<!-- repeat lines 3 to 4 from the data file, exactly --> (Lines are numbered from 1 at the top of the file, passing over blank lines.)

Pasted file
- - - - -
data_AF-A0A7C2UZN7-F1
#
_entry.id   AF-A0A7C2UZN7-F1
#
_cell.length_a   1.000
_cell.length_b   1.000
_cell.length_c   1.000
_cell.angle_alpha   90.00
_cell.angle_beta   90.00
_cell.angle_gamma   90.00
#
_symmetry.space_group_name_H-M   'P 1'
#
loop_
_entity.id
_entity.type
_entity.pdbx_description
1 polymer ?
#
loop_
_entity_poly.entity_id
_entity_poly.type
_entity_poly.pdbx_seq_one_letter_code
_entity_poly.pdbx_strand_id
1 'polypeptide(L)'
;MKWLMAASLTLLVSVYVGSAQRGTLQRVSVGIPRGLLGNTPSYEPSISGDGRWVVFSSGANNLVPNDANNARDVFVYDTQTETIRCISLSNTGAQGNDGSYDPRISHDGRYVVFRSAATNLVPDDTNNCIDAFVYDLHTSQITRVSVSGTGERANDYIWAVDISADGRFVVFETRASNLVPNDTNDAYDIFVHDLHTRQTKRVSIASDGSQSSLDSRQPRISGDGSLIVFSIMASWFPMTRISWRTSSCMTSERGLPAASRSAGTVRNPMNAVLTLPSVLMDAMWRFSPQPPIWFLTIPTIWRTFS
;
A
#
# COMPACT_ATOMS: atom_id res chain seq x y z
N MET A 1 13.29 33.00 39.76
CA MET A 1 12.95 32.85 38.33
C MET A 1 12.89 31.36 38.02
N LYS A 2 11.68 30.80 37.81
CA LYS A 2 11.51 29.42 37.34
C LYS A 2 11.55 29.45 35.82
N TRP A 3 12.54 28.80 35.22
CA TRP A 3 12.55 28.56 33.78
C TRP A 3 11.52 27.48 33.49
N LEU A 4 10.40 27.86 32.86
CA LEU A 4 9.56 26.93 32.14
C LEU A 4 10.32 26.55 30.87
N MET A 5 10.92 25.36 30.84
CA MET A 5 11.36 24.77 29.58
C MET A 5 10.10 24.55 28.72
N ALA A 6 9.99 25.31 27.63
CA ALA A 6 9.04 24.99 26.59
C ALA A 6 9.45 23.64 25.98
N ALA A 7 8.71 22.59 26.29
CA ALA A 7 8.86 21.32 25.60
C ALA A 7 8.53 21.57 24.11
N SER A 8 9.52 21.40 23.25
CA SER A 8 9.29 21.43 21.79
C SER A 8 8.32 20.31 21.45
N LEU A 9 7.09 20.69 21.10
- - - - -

_entry.id   AF-A0A7C2UZN7-F1
#